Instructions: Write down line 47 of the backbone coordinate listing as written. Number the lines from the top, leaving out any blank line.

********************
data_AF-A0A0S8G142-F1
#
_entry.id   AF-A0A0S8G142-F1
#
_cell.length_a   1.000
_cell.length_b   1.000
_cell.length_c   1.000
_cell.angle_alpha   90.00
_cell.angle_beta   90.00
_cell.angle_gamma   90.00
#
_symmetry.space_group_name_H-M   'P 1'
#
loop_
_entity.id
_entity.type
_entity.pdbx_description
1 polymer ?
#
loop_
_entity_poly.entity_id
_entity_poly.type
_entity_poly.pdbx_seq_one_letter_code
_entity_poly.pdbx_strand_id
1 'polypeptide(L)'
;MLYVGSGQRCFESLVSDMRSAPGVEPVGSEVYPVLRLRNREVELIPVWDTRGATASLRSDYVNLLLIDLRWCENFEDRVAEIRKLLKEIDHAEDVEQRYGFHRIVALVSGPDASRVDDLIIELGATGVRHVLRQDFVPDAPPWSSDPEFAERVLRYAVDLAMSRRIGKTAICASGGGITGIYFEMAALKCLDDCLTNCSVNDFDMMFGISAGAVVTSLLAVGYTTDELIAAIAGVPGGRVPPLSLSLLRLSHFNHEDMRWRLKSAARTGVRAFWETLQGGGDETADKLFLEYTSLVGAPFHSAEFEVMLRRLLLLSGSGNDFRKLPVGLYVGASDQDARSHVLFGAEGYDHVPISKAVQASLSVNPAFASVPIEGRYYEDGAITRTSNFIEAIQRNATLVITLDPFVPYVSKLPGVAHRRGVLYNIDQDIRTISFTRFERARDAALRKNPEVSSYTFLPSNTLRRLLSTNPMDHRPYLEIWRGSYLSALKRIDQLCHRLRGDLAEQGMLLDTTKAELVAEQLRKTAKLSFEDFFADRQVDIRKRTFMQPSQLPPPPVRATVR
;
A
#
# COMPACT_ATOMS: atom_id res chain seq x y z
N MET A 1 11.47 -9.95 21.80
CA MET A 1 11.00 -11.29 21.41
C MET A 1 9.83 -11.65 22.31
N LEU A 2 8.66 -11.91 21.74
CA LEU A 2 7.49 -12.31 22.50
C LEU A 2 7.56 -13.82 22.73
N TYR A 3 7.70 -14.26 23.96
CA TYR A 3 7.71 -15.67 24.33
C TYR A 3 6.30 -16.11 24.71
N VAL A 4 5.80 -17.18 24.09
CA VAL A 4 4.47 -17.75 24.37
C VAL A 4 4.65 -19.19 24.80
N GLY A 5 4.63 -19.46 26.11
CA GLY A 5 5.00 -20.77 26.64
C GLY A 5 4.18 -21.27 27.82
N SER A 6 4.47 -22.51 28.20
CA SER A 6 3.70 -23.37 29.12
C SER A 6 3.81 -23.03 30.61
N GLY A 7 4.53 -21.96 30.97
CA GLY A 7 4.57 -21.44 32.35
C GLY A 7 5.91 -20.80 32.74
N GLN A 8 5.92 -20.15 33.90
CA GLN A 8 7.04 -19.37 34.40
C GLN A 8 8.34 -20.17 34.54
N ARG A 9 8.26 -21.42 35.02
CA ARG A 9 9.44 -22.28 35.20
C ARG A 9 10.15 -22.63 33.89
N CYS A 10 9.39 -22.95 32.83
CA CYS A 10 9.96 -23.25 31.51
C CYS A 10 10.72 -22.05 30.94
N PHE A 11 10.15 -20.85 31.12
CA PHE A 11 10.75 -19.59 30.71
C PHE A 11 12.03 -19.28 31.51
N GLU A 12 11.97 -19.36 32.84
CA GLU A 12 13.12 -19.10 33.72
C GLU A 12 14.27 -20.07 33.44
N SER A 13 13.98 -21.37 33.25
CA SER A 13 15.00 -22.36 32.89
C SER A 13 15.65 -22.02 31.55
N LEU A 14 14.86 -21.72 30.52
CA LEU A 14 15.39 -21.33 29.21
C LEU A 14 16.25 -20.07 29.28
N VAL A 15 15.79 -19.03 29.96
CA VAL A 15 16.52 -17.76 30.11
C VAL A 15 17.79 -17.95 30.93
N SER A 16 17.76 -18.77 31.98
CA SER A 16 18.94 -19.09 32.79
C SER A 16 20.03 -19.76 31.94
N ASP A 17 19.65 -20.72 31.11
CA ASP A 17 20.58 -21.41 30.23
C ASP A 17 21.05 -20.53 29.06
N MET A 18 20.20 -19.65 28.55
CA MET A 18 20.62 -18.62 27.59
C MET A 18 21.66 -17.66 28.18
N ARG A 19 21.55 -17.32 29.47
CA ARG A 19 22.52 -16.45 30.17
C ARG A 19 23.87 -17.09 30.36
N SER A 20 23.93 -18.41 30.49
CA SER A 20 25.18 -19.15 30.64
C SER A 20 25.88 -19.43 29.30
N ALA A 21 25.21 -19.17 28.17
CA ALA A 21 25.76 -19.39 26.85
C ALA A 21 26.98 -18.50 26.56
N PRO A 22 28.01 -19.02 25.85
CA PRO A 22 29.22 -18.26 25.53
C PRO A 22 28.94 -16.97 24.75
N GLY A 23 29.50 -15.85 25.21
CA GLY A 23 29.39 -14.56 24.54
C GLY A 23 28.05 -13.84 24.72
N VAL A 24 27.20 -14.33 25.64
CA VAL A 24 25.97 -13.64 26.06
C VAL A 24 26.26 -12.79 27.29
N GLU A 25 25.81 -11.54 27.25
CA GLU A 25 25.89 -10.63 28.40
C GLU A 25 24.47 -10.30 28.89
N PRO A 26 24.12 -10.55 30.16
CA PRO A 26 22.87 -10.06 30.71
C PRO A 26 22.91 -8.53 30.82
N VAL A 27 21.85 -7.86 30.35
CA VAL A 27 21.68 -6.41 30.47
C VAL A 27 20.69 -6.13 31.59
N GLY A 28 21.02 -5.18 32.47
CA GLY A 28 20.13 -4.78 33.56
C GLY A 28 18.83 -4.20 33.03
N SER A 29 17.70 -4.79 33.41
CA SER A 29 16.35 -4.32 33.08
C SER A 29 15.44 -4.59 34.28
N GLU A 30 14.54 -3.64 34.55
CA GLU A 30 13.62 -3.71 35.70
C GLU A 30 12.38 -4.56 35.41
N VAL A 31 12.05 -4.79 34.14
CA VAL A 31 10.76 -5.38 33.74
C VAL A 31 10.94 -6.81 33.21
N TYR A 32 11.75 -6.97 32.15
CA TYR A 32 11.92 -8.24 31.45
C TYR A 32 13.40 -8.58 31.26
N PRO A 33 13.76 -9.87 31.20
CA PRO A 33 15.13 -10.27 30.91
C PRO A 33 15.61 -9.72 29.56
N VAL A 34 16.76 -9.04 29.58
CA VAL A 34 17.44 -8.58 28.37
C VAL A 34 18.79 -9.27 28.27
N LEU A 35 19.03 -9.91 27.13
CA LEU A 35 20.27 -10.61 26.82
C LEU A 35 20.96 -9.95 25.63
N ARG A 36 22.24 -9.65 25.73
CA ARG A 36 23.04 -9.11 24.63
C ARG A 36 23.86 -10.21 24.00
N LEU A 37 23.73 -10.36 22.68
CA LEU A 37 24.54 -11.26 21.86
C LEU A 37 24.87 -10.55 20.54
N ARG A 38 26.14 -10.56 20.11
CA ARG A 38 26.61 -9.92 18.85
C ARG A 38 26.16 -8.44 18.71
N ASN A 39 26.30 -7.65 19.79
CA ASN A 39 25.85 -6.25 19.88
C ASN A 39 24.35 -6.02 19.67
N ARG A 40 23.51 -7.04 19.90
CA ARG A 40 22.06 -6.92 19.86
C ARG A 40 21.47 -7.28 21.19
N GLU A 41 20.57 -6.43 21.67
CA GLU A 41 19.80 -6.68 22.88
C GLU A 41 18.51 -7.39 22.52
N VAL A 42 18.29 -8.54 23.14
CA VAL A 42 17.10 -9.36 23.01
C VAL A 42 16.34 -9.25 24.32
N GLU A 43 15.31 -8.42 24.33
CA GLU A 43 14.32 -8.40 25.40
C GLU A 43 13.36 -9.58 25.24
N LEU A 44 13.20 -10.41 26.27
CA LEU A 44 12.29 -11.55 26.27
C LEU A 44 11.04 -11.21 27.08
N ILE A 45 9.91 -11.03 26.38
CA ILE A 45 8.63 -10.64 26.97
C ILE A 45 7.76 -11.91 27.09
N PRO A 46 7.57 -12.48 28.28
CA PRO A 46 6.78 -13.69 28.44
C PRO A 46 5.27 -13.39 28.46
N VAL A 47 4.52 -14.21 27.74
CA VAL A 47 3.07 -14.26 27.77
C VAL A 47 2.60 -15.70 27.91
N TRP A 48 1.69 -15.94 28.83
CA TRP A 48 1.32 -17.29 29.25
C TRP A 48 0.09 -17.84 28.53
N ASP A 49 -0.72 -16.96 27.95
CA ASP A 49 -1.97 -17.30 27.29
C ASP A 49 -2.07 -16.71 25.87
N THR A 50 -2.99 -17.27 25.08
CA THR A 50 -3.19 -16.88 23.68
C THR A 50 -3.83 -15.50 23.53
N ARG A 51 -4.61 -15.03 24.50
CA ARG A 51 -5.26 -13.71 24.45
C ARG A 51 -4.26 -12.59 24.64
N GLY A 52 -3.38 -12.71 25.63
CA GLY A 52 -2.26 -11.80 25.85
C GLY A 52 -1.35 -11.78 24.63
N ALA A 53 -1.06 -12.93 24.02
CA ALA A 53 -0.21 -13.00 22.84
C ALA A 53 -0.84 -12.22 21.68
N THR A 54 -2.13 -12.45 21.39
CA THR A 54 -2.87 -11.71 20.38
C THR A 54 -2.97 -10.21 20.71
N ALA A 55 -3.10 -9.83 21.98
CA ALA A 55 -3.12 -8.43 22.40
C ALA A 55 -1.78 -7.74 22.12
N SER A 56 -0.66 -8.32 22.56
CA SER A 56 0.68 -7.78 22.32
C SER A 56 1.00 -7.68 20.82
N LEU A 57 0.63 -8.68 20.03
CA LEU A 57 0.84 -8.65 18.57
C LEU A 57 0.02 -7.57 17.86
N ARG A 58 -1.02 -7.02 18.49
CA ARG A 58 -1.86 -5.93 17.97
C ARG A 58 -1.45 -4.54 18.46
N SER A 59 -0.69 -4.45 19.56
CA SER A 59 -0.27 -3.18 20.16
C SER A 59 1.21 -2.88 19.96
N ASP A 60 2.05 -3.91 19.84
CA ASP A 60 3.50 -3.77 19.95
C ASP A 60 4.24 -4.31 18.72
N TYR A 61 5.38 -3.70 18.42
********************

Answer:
CA SER A 6 3.70 -23.37 29.12